The Rev. Dr. Martin Luther King Jr was assassinated forty four years ago today. The day before his assassination he gave what would become known as the “I’ve been to the Mountaintop” Speech. Next to his Letters from a Birmingham Jail these have always been my favorite words of his. The last 3 minutes sends chills up my spine every time I watch it.
What’s always touched me about this speech was the subtle prophecy we hear in Dr. King’s words and tone. It feels like the end is near, like something terrible is on the horizon. Still, there’s also a hope and contentment in his voice. One that let’s you know he’s secure in his faith, secure in what he’s dedicated his life to, and secure in where he’s headed next.
Forty Four years have gone by since they killed Martin. Forty Four. More years than I’ve been on this Earth yet, still so much of what was wrong with our country then is still wrong with our country today. Sure, we’ve made progress, some if it obvious, some of it not so obvious. But still, at our country’s foundation, at the heart of everything America is supposed to be about is the concept of Equality of Opportunity. The idea that, for the citizens of our country, anything is possible. But that’s not the case. Privilege, in its various forms, still trumps equality. Until that changes our country will never be the country Dr. King hoped it would be–the same country Jefferson and Washington and all those other revolutionaries fought for.
It’s hard not to think about Trayvon today. Dr. King’s assassination scarred the already scarred tissue of our country. It left this huge, gaping gash right near our nation’s heart. In the years after, we bandaged the scar and tried to move on. As legal, overt racism continued its slow death, we used the patchwork fabric of integration, Affirmative Action, and political correctness to cover our scar. But as other more pervasive villains, like crack and AIDS and institutional racism continued to eat away at that patchwork fabric we still never really looked underneath to see what became of our great excrescence. Race relations seemed to get better. We put a couple black men at the top of few Fortune 500 companies. We put a black man in the White House and all of a sudden we started throwing around phrases like “Post-Racial.”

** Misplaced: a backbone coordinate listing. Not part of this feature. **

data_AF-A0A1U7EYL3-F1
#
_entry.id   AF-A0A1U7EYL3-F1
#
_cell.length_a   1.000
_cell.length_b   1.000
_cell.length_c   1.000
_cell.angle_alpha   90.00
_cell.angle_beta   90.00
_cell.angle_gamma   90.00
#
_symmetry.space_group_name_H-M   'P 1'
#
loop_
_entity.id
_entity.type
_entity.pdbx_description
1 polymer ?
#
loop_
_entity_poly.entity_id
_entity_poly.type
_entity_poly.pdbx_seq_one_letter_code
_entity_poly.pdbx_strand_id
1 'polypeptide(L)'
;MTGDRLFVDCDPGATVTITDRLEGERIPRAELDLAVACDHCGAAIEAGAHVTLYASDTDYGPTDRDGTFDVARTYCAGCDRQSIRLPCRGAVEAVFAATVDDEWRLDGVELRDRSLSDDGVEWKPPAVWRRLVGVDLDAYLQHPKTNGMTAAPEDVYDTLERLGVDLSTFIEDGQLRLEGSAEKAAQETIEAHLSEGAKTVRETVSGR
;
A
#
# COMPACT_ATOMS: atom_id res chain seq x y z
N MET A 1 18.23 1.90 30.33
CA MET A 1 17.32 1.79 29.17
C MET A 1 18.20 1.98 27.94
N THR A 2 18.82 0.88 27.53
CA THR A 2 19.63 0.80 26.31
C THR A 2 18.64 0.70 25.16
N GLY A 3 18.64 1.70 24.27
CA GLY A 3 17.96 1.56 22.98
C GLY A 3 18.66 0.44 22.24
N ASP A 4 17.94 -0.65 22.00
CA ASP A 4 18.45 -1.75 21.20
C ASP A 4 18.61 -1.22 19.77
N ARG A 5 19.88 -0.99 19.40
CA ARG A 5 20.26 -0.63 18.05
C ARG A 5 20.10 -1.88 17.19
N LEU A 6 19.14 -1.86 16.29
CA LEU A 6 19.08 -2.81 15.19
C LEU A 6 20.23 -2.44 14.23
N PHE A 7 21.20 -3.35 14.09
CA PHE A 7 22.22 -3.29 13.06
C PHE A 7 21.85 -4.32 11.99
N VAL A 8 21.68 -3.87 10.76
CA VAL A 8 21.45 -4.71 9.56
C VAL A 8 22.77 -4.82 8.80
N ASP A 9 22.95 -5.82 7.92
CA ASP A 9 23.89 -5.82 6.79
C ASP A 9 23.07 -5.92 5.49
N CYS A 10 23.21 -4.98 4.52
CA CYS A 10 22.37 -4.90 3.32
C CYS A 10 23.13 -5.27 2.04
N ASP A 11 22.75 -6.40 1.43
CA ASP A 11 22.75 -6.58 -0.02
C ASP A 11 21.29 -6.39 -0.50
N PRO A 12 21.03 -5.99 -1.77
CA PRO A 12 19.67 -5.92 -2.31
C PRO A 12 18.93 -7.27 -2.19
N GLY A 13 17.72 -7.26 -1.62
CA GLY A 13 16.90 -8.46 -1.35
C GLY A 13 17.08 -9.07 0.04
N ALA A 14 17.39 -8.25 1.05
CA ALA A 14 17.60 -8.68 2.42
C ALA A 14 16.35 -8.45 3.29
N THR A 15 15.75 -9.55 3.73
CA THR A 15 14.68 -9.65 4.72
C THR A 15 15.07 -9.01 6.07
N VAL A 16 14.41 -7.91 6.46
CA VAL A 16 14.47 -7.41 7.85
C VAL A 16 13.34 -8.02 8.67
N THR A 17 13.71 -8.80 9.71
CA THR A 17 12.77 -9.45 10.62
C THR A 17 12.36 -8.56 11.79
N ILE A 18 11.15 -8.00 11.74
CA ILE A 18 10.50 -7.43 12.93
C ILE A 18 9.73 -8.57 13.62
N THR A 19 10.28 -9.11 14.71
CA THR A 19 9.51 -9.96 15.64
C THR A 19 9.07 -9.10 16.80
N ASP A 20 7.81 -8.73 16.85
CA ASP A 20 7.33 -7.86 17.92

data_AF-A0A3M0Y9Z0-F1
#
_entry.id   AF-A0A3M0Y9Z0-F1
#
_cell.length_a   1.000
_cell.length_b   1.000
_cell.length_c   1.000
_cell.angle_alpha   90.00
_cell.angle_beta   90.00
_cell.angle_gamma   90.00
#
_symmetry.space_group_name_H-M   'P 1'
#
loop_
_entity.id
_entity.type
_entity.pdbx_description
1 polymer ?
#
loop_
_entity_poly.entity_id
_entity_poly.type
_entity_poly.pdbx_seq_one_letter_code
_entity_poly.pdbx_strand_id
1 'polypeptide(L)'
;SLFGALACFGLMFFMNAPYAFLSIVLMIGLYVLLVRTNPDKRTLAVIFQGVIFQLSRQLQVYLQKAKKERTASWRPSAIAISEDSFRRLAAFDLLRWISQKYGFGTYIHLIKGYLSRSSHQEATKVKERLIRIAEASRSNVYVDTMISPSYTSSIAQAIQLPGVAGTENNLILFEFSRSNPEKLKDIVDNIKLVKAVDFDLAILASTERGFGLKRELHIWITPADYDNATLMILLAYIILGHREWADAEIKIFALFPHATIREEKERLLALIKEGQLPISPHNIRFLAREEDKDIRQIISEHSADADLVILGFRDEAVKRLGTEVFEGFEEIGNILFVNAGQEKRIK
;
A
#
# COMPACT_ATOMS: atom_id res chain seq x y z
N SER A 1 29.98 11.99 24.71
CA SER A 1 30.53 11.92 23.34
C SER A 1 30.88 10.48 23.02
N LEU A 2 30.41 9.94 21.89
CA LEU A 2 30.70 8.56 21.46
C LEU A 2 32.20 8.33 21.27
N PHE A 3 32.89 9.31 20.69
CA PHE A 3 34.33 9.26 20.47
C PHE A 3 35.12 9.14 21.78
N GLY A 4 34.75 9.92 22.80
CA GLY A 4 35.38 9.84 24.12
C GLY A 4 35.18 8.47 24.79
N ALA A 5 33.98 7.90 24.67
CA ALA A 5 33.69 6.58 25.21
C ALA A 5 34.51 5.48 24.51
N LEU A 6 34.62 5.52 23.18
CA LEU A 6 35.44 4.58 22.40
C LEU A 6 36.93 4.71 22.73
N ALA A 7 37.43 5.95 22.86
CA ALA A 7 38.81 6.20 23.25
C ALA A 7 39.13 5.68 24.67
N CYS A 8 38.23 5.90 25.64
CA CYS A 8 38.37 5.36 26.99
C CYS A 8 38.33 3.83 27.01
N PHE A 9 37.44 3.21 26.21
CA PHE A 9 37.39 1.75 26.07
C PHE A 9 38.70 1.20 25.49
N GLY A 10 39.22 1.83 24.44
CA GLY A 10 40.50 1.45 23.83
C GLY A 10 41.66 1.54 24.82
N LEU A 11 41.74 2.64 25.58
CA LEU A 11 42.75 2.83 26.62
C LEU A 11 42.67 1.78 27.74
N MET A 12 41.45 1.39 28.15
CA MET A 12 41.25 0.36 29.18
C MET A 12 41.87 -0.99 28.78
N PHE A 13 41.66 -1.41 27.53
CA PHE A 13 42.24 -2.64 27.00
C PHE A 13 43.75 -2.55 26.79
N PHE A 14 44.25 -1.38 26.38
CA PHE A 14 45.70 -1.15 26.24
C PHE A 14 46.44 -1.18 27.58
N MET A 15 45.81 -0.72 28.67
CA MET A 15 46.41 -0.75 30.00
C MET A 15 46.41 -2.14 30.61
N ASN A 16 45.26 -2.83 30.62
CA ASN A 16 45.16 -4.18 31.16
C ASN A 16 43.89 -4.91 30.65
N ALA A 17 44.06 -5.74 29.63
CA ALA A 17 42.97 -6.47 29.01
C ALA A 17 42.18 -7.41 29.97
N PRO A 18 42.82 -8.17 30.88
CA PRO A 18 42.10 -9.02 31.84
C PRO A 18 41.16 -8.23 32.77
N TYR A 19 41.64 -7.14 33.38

But then George Zimmerman, a self-described “White Hispanic” killed Trayvon Martin. And with Trayvon’s death, we’ve finally gone ahead and ripped off the fabric, peeled back the bandage and really examined our scar. And though I’m disappointed, I’m not shocked or even surprised to find that it hasn’t healed, it hasn’t even scabbed. The hard truth we must all face is the reality that our nation’s biggest scar, the scar of racism in all its forms and iterations, has actually festered.
Later today, Dr. J is going to be sharing his own personal reflections on MLK, but in the meantime, do yourself a favor and take 20 minutes to listen to this speech, remember Dr. King and think about whether we’ve really come that far as a people and as a country.
And then I got into Memphis. And some began to say the threats, or talk about the threats that were out. What would happen to me from some of our sick white brothers?
Well, I don’t know what will happen now. We’ve got some difficult days ahead. But it really doesn’t matter with me now, because I’ve been to the mountaintop.
And I don’t mind.
Like anybody, I would like to live a long life. Longevity has its place. But I’m not concerned about that now. I just want to do God’s will. And He’s allowed me to go up to the mountain. And I’ve looked over. And I’ve seen the Promised Land. I may not get there with you. But I want you to know tonight, that we, as a people, will get to the promised land!
So I’m happy tonight, I’m not worried about anything, I’m not fearing any man. Mine eyes have seen the glory of the coming of the lord.